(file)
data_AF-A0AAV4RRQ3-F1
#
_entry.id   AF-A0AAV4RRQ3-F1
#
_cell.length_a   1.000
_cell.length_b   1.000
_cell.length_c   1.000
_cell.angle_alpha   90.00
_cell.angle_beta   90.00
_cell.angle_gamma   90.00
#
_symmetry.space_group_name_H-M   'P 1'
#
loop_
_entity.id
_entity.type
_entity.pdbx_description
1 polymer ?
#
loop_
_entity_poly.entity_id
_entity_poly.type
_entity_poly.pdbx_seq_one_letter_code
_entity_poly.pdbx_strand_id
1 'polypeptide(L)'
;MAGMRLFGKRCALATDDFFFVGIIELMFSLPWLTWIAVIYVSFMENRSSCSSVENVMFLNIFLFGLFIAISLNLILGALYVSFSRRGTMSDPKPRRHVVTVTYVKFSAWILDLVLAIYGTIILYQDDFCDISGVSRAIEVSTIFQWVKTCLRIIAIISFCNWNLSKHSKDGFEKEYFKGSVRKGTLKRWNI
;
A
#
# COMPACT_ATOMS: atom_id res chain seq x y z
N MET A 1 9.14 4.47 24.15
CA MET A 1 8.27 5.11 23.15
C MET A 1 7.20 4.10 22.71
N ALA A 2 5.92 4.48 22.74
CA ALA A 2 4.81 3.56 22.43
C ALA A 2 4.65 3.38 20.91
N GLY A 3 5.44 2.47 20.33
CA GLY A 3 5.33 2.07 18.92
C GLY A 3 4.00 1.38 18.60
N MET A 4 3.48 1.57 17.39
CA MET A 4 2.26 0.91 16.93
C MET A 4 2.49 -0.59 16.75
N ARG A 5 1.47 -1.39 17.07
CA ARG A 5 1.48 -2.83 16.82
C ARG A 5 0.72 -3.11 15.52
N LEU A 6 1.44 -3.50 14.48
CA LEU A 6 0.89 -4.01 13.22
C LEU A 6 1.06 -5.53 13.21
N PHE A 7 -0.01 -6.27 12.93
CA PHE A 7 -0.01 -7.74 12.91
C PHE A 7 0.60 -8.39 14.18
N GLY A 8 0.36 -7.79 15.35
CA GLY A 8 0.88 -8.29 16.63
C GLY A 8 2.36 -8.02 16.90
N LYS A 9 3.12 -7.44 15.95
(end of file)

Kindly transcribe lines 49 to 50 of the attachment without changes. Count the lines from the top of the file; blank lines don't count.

N PHE A 7 -0.01 -6.27 12.93
CA PHE A 7 -0.01 -7.74 12.91